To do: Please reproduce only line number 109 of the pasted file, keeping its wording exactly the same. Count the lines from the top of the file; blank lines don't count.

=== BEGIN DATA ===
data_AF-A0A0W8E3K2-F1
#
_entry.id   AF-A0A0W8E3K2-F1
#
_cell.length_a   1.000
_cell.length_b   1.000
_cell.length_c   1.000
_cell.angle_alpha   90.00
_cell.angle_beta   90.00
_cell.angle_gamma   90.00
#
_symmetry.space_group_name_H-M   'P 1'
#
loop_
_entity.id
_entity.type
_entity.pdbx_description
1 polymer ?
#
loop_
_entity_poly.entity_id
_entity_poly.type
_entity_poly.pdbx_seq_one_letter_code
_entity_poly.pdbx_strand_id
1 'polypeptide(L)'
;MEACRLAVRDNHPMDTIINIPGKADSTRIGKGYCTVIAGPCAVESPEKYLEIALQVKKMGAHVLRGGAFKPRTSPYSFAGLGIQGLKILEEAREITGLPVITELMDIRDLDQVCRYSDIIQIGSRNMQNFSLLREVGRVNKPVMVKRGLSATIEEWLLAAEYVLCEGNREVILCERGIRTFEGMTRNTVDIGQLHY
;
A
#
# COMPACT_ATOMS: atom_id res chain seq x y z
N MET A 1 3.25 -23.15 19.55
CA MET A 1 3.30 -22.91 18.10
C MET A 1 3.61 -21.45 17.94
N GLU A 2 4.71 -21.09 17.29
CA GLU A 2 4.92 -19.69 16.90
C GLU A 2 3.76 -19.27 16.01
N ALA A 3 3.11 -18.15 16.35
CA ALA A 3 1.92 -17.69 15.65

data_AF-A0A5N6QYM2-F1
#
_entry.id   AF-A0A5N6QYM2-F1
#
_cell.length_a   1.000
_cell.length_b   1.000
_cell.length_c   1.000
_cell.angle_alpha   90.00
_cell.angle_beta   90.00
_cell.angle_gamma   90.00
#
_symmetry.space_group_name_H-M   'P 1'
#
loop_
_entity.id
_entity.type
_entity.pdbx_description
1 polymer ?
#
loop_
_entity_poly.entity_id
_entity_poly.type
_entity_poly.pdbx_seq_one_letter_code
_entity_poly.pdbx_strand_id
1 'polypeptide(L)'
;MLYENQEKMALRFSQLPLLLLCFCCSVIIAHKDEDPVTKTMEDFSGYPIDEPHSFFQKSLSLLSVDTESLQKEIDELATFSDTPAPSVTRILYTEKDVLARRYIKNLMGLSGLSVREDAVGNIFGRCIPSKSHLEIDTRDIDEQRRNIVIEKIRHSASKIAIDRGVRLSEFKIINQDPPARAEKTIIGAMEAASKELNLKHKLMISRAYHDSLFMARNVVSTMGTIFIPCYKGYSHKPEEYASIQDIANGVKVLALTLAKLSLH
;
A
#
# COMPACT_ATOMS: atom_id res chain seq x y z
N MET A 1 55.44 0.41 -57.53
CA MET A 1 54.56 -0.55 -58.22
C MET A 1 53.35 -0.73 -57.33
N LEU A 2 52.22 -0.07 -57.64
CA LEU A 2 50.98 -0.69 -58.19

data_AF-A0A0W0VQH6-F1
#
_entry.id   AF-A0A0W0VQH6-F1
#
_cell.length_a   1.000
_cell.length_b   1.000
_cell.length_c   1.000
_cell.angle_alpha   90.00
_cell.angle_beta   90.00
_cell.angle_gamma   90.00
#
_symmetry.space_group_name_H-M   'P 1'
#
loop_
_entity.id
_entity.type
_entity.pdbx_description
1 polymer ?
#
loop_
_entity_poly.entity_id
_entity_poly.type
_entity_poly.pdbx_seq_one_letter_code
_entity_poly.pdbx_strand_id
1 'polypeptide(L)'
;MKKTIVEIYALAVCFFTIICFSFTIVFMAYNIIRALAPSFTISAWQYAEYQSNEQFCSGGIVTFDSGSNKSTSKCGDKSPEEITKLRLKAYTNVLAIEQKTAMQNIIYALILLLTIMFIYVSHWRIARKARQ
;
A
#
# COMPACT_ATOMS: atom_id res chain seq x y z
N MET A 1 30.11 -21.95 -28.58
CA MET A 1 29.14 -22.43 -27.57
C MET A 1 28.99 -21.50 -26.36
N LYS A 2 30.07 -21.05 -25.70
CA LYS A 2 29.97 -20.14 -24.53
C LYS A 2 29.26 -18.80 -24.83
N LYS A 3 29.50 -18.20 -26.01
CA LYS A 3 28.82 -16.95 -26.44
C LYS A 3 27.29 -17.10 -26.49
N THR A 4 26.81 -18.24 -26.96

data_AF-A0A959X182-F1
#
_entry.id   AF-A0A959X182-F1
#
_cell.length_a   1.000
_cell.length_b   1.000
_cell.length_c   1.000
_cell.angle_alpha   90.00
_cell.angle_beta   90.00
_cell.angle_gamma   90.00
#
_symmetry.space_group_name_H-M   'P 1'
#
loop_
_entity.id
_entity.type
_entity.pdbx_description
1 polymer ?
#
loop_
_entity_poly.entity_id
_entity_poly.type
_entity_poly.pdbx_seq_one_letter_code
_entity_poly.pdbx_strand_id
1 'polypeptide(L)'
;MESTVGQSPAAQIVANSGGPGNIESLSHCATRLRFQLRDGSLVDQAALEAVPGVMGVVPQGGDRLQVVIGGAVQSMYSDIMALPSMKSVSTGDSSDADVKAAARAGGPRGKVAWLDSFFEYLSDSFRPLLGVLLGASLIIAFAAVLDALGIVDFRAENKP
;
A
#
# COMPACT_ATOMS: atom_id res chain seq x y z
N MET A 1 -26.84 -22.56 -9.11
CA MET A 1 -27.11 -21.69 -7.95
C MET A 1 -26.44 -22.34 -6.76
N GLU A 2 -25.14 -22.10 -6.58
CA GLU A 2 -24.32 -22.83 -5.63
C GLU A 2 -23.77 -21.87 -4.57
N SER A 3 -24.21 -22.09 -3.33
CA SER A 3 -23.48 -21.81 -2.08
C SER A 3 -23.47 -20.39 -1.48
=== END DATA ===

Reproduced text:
C LYS A 2 29.26 -18.80 -24.83